Cuba's Hard Choice: Rebellion or Economic Disaster

WHEN 200 Cuban exiles went back to Cuba last month to meet with President Fidel Castro Ruz, they did so with some optimism that the Cuban leader might be reaching out for dialogue, perhaps even groping for some kind of peaceful transition.

Few believe that now.

The ``Nation and Emigration'' conference in Havana turned out to be a carefully manipulated affair designed to bolster Mr. Castro's sagging image.

The invitees were selected by the Cuban regime. They were controlled by Cuban officials. They were told there would be no media coverage.

But Cuban television taped a session, including a segment that showed a prominent Miami woman exile kissing and praising Castro. Then the network released an edited version of the tape to news organizations at $700 a copy.

Says one Washington expert on Cuba: ``This was not a dialogue. This was a monologue with an echo. Castro used these people cynically.''

Magda Montiel Davis, the Miami lawyer who was seen on television kissing Castro and telling him he was ``a great teacher,'' told The New York Times later: ``This has definitely set the moderate community [of Cuban exiles] back.''

The next time Havana makes an overture to exiles, she said, ``people will think not twice, but three times'' about responding.

The conference seemed to be a public relations exercise intended to suggest that Castro is popular among exiles - even as his standing at home appears to have reached a new low. Visitors to Cuba tell of Cubans calling Castro names in public. One woman told a foreigner volubly in the street: ``This man [Castro] has to get out now. We're fed up and he's an obstacle to solutions.''

This unusual condemnation in public stems from the misery brought on by a collapsing economy. Food and consumer goods are in short supply. Although Castro has hinted at opening up the economy, he has in fact reverted to strict state control with a negative impact on the people.

For example:

Savings accounts have been frozen.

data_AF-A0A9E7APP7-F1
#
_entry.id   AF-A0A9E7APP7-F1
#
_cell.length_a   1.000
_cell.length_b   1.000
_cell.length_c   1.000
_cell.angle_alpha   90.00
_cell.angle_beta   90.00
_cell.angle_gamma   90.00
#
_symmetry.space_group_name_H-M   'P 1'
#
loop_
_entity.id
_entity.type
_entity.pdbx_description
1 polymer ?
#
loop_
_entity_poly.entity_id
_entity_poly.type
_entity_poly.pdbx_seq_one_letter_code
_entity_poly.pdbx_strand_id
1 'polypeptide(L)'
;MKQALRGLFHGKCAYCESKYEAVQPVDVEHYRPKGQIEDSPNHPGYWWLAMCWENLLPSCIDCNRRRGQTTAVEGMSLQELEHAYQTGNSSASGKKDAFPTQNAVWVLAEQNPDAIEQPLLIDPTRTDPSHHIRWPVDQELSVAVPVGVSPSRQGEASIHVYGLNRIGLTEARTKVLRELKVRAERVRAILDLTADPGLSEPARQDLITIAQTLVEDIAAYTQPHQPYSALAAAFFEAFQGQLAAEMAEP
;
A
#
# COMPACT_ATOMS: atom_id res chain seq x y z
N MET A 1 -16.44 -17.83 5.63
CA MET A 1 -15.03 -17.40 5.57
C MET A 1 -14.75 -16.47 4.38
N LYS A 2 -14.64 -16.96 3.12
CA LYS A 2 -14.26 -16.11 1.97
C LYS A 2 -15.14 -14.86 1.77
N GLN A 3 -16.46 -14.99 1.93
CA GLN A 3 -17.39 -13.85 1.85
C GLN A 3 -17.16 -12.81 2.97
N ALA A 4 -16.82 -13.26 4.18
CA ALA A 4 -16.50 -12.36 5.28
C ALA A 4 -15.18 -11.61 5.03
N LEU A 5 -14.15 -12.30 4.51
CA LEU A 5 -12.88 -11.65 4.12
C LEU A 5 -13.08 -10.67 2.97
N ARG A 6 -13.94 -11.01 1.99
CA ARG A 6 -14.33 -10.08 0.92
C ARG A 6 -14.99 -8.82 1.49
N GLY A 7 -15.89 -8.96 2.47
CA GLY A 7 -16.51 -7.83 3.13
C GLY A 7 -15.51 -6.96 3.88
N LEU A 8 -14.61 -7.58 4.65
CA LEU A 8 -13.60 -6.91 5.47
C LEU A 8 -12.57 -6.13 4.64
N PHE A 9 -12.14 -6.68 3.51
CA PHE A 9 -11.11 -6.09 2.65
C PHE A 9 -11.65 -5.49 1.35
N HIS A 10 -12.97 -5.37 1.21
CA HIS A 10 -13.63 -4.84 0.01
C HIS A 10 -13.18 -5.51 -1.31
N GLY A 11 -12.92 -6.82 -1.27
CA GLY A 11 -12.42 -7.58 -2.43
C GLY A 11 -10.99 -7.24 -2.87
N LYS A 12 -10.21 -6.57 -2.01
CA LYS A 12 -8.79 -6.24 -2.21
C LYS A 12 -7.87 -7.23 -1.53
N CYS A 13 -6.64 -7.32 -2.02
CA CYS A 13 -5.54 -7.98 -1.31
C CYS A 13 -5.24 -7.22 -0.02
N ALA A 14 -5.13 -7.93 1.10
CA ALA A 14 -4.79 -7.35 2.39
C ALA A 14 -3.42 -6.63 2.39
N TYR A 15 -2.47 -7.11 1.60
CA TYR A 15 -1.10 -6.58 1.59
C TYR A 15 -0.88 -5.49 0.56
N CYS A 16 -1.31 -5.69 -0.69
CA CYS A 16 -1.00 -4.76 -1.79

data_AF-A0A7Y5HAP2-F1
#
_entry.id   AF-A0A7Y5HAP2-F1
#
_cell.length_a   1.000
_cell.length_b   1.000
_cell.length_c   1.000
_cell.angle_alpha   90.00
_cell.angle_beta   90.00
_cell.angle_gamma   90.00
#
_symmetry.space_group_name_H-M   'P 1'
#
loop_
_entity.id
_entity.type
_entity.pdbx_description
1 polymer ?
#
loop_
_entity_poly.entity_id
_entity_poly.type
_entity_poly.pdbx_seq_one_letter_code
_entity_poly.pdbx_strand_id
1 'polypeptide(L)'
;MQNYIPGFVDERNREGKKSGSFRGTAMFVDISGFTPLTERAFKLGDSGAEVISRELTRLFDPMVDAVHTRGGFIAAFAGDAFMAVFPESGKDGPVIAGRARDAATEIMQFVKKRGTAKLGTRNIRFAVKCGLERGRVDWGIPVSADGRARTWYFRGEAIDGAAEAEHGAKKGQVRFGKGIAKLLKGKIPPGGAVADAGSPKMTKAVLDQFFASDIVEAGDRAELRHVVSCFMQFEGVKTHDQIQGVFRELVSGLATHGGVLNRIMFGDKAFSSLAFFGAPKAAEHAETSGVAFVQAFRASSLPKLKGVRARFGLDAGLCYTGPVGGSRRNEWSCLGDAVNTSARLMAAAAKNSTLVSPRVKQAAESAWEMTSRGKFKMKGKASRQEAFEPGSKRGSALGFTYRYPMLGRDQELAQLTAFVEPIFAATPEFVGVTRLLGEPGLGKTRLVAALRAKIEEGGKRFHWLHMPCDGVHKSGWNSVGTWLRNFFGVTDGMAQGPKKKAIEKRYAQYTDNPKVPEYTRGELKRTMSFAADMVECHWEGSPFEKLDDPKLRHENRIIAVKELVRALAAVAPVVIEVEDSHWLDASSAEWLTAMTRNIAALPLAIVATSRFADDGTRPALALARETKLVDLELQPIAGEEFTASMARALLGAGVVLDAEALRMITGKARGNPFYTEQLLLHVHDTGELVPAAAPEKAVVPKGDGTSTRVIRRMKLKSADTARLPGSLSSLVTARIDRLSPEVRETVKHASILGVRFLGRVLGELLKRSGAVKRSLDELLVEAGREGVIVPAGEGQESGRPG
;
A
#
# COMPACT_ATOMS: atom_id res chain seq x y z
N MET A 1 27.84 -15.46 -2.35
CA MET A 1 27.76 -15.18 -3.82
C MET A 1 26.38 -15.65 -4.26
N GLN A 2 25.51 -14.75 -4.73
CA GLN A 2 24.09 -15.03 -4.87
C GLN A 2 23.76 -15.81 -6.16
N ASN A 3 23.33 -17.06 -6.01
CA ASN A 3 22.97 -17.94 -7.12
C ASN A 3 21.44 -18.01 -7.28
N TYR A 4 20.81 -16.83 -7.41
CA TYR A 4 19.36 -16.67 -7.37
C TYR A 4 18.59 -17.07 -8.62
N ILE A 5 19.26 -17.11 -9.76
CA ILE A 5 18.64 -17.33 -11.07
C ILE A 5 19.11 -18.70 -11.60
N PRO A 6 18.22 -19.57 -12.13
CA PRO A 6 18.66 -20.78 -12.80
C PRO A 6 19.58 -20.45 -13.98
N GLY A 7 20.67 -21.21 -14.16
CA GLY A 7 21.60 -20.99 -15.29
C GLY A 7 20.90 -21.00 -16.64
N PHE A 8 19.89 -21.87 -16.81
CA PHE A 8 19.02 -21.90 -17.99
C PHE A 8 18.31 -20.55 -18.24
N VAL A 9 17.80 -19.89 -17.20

Police and military roadblocks now ring Havana to stop farmers bringing in food to sell on the open market. Farmers have been arrested and their produce has been confiscated. The government demands that they sell their goods at low, state-set prices.

The electric power system is in a state of collapse. Cuban oil, which has a high sulphur content, has corroded parts of the power plants. It will take six months to get spare parts from the Czech Republic and Russia. Cubans must make do with four hours of power a day for the rest of this year.

In the words of an expert based in Washington: ``Hope for a peaceful transition is fading. The people know that Castro has failed and is simply hanging on. In the past, people have been afraid of the consequences of rebelling. But now they have to decide which is riskier - rebellion or the economic disaster which confronts the country.''

With official relations between Havana and Washington still in the deepfreeze, many Cubans take their cue on American reaction to what they might do from Radio Marti, the United States government-run station that has been broadcasting to Cuba since 1985. Radio Marti has had its ups and downs but over the years has developed a substantial Cuban audience. It has been criticized as being too heavily influenced by hard-line exiles.

Some moderate Cuban-Americans argue that there can never be change from within Cuba, for instance by military coup, if participants fear they will be taken over and liquidated by a wave of returning hard-line Cuban-American exiles.

Thus an advisory panel earlier this year recommended that Radio Marti should avoid ``tailoring its programs to Cuba's committed opposition'' and should strike a more balanced editorial position.

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